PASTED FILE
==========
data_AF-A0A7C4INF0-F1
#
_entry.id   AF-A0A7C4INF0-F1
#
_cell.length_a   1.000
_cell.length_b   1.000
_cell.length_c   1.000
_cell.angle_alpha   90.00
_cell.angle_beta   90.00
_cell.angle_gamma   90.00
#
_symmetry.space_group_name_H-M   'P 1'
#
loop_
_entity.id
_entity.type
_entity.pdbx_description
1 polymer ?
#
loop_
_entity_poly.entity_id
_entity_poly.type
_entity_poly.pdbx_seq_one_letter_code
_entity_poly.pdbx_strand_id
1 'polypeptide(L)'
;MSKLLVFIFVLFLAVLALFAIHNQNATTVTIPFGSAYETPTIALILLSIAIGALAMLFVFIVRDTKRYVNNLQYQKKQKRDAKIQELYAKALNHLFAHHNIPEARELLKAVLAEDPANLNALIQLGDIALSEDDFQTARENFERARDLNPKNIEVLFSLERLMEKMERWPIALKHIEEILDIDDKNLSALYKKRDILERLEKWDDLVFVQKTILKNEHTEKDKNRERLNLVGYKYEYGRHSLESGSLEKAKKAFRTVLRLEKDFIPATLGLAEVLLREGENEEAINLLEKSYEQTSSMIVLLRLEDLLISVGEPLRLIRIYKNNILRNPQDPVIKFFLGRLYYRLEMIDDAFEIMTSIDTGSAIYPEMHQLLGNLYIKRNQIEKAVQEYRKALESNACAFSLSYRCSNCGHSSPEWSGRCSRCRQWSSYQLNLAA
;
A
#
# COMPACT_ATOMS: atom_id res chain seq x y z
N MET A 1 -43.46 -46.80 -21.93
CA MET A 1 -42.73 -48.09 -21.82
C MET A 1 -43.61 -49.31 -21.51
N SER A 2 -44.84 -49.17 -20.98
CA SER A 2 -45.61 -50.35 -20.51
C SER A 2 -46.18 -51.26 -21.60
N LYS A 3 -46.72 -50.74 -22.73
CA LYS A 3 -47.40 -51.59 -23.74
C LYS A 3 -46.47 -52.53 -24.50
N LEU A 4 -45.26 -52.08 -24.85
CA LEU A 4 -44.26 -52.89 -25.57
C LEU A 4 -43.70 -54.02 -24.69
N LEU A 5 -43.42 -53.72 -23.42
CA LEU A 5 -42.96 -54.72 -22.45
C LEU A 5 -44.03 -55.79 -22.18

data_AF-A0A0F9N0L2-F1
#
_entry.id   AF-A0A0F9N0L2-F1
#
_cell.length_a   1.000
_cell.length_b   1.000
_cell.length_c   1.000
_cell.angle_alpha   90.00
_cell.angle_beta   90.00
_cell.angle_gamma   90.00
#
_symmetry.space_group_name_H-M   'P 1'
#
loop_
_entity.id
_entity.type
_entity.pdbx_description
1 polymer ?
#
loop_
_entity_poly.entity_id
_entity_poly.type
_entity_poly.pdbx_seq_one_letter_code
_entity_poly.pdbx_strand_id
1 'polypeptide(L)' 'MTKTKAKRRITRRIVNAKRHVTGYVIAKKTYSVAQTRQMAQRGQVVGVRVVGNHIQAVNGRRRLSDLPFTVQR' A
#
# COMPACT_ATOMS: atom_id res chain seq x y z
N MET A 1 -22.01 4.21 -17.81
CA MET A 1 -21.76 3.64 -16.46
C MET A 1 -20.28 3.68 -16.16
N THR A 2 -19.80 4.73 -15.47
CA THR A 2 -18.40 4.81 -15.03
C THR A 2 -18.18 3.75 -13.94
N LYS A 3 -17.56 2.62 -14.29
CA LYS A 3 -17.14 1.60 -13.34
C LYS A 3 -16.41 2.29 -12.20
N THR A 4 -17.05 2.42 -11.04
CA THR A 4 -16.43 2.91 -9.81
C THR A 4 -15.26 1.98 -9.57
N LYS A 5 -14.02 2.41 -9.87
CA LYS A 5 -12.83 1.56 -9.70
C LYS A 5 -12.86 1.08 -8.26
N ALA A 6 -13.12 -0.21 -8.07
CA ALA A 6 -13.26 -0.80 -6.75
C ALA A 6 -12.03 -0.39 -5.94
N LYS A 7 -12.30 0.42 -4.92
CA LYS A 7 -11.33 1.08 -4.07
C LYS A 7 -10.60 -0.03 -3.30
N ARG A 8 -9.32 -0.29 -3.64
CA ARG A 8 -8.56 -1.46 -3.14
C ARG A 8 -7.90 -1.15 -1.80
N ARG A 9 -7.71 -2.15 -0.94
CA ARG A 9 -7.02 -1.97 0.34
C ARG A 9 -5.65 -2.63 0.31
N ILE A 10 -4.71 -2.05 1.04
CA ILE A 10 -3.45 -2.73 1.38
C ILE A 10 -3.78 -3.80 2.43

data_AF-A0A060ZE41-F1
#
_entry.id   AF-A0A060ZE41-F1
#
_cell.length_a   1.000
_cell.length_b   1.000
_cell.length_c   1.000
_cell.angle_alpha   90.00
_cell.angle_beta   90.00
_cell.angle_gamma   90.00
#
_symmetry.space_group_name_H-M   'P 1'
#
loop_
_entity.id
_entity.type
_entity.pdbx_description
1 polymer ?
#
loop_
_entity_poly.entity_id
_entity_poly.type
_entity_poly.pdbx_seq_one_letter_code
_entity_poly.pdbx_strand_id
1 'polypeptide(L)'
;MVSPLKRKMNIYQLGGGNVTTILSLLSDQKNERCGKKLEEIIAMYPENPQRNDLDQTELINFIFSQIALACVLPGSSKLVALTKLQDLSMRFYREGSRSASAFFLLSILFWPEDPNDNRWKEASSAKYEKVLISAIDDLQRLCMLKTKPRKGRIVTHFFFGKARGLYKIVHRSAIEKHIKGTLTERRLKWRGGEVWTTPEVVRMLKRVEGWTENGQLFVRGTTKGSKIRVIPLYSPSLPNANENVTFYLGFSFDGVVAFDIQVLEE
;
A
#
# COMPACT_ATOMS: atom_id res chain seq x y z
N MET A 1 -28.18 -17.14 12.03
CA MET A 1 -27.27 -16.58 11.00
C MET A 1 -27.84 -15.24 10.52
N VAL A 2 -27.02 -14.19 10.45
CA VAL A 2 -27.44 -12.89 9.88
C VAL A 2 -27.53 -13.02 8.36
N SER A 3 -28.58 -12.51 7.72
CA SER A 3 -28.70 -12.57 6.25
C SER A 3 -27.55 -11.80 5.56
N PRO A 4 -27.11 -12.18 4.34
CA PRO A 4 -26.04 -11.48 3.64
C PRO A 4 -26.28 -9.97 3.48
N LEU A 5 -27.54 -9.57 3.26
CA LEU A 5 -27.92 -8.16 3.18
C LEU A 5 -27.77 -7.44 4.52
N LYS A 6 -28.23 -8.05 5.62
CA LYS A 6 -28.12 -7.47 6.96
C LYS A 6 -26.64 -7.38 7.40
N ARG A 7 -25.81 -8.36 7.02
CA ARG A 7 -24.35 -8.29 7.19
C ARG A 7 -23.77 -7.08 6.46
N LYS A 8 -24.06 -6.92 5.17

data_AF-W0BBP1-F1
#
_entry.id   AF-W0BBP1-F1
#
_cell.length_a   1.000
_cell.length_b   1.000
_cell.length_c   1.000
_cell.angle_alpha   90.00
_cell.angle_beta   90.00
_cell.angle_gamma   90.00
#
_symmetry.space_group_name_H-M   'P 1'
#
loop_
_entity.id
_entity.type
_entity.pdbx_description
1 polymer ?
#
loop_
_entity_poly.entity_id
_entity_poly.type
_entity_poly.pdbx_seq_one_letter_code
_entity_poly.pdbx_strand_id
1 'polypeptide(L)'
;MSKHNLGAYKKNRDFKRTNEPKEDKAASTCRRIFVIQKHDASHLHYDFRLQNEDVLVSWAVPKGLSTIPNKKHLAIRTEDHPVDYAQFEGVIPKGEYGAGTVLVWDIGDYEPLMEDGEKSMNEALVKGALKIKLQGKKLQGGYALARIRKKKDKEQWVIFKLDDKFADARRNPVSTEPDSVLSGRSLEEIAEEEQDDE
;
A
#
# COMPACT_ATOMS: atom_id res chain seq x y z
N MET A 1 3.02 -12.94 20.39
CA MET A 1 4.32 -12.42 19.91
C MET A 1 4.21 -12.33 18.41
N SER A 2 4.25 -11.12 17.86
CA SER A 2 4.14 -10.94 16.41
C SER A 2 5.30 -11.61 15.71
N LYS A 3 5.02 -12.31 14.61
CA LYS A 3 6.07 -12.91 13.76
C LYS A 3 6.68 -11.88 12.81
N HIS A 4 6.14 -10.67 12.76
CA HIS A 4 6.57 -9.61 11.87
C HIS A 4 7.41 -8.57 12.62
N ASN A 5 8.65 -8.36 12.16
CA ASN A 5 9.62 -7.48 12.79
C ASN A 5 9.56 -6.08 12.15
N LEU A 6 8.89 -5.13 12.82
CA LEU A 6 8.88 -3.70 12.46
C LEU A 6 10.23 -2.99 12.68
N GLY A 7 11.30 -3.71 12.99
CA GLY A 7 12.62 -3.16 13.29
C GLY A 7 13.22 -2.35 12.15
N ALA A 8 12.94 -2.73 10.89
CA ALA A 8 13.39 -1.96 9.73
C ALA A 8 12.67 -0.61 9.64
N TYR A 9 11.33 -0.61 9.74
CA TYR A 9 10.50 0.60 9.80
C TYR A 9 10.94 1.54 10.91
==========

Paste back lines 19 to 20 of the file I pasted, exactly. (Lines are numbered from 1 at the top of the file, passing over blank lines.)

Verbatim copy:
#
loop_